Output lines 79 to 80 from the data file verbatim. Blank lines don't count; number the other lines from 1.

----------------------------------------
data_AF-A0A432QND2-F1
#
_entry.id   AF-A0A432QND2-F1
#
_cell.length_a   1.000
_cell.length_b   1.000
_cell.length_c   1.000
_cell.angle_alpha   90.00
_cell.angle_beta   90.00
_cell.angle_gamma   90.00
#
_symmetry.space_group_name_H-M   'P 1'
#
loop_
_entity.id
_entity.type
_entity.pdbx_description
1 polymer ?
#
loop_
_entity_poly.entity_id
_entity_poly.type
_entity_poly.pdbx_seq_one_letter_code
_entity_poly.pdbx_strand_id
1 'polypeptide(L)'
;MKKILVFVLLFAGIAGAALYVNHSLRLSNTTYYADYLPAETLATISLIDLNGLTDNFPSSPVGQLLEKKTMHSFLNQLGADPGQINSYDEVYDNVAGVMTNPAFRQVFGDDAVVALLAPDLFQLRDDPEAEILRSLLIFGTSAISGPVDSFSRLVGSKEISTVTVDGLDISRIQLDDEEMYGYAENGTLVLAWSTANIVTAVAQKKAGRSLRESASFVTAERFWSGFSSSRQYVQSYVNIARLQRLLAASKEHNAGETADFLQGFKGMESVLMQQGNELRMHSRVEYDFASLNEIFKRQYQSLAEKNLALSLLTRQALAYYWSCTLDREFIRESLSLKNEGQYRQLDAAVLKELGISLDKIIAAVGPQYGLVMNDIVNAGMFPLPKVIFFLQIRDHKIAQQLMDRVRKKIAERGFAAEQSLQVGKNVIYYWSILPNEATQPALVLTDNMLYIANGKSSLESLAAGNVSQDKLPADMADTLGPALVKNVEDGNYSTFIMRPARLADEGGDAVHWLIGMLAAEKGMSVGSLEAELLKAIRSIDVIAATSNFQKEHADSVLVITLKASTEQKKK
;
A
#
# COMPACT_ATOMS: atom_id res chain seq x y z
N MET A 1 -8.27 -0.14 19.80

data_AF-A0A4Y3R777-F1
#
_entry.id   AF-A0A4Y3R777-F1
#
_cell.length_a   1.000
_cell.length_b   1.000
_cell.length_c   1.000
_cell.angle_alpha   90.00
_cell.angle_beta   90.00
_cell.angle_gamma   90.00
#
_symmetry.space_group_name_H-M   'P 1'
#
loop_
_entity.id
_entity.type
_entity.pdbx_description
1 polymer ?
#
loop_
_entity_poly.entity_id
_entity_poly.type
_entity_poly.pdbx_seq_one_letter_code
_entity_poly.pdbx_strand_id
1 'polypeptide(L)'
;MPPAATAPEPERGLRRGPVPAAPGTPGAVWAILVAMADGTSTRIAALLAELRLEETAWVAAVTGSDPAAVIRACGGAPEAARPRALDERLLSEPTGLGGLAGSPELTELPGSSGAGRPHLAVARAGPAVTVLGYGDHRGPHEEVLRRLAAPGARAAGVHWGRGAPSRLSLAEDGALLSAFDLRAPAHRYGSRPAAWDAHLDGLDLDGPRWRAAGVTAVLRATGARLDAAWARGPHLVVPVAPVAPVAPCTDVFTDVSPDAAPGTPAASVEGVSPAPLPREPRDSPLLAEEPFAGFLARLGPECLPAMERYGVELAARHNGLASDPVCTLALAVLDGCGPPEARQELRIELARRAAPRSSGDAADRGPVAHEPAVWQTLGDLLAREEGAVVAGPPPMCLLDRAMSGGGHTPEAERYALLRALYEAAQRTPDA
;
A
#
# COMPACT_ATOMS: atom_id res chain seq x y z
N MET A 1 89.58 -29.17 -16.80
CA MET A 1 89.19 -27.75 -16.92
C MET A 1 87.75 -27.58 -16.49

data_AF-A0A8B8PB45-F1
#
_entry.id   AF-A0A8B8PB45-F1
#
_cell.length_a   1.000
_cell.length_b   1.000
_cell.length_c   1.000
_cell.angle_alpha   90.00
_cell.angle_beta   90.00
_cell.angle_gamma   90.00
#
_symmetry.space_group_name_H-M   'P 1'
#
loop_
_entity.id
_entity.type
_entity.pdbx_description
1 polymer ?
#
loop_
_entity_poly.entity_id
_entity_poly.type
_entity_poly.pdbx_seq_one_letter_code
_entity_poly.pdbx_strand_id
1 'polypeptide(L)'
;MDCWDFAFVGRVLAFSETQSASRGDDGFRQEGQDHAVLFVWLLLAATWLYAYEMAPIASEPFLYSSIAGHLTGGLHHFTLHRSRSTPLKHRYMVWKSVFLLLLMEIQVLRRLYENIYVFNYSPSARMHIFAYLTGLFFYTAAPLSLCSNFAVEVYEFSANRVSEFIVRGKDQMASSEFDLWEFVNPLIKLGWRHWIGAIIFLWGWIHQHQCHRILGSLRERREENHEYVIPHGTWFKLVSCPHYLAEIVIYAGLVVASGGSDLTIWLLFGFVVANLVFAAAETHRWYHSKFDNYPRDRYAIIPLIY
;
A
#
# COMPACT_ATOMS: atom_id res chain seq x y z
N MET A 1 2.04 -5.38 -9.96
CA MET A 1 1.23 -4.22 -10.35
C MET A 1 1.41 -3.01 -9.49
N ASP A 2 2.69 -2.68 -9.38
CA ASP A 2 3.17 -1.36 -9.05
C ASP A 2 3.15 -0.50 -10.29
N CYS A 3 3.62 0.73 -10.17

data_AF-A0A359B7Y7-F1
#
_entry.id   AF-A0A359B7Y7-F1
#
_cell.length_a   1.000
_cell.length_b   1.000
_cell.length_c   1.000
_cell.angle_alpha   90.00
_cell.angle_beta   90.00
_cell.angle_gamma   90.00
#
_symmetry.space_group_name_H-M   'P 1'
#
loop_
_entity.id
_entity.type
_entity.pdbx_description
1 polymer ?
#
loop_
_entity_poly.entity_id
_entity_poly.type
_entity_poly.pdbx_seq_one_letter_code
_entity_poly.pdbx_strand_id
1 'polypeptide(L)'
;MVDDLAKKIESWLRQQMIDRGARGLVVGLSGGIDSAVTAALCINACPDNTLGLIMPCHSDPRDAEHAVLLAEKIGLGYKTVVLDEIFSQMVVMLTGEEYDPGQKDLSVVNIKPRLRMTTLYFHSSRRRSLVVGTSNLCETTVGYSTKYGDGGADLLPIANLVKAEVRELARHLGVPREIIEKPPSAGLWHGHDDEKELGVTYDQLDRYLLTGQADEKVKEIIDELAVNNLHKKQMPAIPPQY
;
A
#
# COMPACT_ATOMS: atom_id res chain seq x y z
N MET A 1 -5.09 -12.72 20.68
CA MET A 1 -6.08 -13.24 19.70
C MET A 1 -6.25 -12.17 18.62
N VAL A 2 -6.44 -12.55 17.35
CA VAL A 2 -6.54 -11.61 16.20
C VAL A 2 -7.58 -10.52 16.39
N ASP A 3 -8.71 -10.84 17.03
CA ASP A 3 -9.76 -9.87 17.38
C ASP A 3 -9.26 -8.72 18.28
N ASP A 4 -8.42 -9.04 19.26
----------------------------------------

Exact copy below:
_entity.id
_entity.type